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This is a list of United States Code sections, Statutes at Large, Public Laws, and Presidential Documents, which provide rulemaking authority for this CFR Part.
This list is taken from the Parallel Table of Authorities and Rules provided by GPO [Government Printing Office].
It is not guaranteed to be accurate or up-to-date, though we do refresh the database weekly. More limitations on accuracy are described at the GPO site.
§ 7401 - Congressional findings and declaration of purpose
§ 7402 - Cooperative activities
§ 7403 - Research, investigation, training, and other activities
§ 7404 - Research relating to fuels and vehicles
§ 7405 - Grants for support of air pollution planning and control programs
§ 7406 - Interstate air quality agencies; program cost limitations
§ 7407 - Air quality control regions
§ 7408 - Air quality criteria and control techniques
§ 7409 - National primary and secondary ambient air quality standards
§ 7410 - State implementation plans for national primary and secondary ambient air quality standards
§ 7411 - Standards of performance for new stationary sources
§ 7412 - Hazardous air pollutants
§ 7413 - Federal enforcement
§ 7414 - Recordkeeping, inspections, monitoring, and entry
§ 7415 - International air pollution
§ 7416 - Retention of State authority
§ 7417 - Advisory committees
§ 7418 - Control of pollution from Federal facilities
§ 7419 - Primary nonferrous smelter orders
§ 7420 - Noncompliance penalty
§ 7421 - Consultation
§ 7422 - Listing of certain unregulated pollutants
§ 7423 - Stack heights
§ 7424 - Assurance of adequacy of State plans
§ 7425 - Measures to prevent economic disruption or unemployment
§ 7426 - Interstate pollution abatement
§ 7427 - Public notification
§ 7428 - State boards
§ 7429 - Solid waste combustion
§ 7430 - Emission factors
§ 7431 - Land use authority
§ 7450 to 7459 - Repealed. Pub. L. 101–549, title VI, § 601, Nov. 15, 1990, 104 Stat. 2648
§ 7470 - Congressional declaration of purpose
§ 7471 - Plan requirements
§ 7472 - Initial classifications
§ 7473 - Increments and ceilings
§ 7474 - Area redesignation
§ 7475 - Preconstruction requirements
§ 7476 - Other pollutants
§ 7477 - Enforcement
§ 7478 - Period before plan approval
§ 7479 - Definitions
§ 7491 - Visibility protection for Federal class I areas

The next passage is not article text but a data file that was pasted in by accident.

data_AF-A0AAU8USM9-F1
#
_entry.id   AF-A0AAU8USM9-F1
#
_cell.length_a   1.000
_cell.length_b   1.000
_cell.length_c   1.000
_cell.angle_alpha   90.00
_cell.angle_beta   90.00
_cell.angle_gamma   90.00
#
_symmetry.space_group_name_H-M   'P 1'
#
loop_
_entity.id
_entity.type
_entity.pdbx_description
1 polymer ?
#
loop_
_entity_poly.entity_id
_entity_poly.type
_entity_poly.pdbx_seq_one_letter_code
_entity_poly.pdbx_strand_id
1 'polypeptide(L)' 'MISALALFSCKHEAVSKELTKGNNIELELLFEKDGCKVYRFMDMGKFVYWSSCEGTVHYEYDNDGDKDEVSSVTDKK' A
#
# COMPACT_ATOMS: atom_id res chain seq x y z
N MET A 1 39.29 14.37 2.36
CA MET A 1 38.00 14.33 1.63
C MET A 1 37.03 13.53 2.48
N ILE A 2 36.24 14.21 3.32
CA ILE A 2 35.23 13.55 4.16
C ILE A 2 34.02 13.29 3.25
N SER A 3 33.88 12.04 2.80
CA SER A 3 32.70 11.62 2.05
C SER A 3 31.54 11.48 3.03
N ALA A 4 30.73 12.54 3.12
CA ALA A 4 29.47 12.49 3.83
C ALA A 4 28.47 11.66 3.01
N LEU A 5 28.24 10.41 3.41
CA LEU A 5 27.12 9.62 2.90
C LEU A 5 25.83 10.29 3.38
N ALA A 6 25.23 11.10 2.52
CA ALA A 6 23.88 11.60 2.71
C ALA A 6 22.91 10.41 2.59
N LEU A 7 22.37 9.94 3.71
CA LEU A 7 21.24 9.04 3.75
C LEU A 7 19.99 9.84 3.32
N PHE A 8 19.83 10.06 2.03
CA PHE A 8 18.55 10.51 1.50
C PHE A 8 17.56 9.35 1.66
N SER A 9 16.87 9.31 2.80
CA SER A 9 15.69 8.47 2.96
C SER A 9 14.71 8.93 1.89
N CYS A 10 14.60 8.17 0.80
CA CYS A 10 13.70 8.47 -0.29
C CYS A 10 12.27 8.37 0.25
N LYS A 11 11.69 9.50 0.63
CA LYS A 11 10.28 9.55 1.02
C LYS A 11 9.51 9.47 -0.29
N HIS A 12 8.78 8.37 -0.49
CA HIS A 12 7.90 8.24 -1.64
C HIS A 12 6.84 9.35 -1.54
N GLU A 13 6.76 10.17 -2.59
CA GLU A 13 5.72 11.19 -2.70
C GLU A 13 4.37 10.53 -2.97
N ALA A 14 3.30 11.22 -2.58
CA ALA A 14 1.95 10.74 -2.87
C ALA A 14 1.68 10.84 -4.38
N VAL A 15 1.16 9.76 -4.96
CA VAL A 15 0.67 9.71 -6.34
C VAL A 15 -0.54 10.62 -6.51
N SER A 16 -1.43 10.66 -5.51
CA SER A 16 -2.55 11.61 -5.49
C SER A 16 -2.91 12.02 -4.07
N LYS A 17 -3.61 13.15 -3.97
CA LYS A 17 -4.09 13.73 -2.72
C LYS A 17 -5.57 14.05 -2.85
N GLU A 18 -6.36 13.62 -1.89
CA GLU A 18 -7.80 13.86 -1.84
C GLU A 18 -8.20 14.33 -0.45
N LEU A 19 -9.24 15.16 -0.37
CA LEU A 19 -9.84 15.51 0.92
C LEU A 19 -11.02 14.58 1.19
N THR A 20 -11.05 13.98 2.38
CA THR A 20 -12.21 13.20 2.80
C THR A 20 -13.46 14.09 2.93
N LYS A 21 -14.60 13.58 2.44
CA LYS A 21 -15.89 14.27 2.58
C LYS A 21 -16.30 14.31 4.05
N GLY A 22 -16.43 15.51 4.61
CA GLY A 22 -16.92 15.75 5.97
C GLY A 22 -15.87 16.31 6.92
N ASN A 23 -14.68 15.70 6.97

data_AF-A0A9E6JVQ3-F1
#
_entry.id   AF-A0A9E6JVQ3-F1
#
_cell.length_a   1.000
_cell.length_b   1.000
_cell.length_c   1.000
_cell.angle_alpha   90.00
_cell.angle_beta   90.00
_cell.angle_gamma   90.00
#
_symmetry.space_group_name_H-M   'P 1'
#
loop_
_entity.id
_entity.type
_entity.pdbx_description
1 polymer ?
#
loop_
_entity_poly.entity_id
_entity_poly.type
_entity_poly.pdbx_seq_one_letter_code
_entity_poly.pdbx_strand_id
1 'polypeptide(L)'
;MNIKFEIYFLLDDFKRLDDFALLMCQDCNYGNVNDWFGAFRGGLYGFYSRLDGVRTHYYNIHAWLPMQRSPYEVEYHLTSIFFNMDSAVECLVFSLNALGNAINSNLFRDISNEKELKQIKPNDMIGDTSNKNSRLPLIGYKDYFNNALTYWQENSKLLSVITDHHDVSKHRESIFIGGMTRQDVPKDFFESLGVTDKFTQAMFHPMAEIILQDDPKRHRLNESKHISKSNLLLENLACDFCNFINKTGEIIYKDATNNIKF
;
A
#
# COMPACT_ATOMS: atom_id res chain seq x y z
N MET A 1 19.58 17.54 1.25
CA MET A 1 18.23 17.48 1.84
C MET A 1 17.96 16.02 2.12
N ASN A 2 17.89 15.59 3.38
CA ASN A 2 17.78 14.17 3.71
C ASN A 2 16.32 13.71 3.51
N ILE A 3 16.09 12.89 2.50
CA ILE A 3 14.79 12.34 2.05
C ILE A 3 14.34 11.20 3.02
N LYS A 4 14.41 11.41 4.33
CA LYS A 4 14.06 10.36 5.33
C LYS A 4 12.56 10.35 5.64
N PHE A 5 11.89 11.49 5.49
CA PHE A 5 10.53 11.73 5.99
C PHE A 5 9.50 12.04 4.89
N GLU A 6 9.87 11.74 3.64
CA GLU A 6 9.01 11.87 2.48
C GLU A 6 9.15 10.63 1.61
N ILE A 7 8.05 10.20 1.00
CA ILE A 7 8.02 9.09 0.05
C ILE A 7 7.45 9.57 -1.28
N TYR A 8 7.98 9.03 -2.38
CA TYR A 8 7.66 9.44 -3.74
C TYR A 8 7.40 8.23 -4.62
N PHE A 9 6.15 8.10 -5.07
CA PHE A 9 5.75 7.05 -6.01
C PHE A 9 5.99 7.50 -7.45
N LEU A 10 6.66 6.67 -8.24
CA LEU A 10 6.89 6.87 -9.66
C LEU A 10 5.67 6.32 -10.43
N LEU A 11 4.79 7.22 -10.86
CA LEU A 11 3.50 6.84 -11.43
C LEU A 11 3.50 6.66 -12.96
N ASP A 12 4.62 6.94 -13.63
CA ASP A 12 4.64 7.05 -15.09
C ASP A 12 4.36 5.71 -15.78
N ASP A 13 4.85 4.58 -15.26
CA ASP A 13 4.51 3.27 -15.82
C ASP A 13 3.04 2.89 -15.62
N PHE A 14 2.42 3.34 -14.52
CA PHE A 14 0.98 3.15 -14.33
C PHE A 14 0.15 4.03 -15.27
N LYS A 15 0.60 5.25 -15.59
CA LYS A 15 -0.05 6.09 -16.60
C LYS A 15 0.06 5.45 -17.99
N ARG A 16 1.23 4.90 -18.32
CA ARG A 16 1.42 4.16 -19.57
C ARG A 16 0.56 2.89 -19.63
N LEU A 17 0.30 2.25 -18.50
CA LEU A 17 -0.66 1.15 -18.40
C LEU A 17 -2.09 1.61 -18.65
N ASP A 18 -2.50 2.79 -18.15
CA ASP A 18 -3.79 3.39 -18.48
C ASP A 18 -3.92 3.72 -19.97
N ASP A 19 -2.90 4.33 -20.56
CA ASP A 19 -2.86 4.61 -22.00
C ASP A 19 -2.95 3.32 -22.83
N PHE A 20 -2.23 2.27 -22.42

§ 7492 - Visibility
§ 7501 - Definitions
§ 7502 - Nonattainment plan provisions in general
§ 7503 - Permit requirements
§ 7504 - Planning procedures
§ 7505 - Environmental Protection Agency grants
§ 7505a - Maintenance plans
§ 7506 - Limitations on certain Federal assistance
§ 7506a - Interstate transport commissions
§ 7507 - New motor vehicle emission standards in nonattainment areas
§ 7508 - Guidance documents
§ 7509 - Sanctions and consequences of failure to attain
§ 7509a - International border areas
§ 7511 - Classifications and attainment dates
§ 7511a - Plan submissions and requirements
§ 7511b - Federal ozone measures
§ 7511c - Control of interstate ozone air pollution
§ 7511d - Enforcement for Severe and Extreme ozone nonattainment areas for failure to attain
§ 7511e - Transitional areas
§ 7511f - NOx and VOC study
§ 7512 - Classification and attainment dates
§ 7512a - Plan submissions and requirements
§ 7513 - Classifications and attainment dates
§ 7513a - Plan provisions and schedules for plan submissions
§ 7513b - Issuance of RACM and BACM guidance
§ 7514 - Plan submission deadlines
§ 7514a - Attainment dates
§ 7515 - General savings clause
§ 7521 - Emission standards for new motor vehicles or new motor vehicle engines
§ 7522 - Prohibited acts
§ 7523 - Actions to restrain violations
§ 7524 - Civil penalties
§ 7525 - Motor vehicle and motor vehicle engine compliance testing and certification
§ 7541 - Compliance by vehicles and engines in actual use
§ 7542 - Information collection
§ 7543 - State standards
§ 7544 - State grants
§ 7545 - Regulation of fuels
§ 7546 - Renewable fuel
§ 7547 - Nonroad engines and vehicles
§ 7548 - Study of particulate emissions from motor vehicles
§ 7549 - High altitude performance adjustments
§ 7550 - Definitions
§ 7551 - Omitted
§ 7552 - Motor vehicle compliance program fees
§ 7553 - Prohibition on production of engines requiring leaded gasoline
§ 7554 - Urban bus standards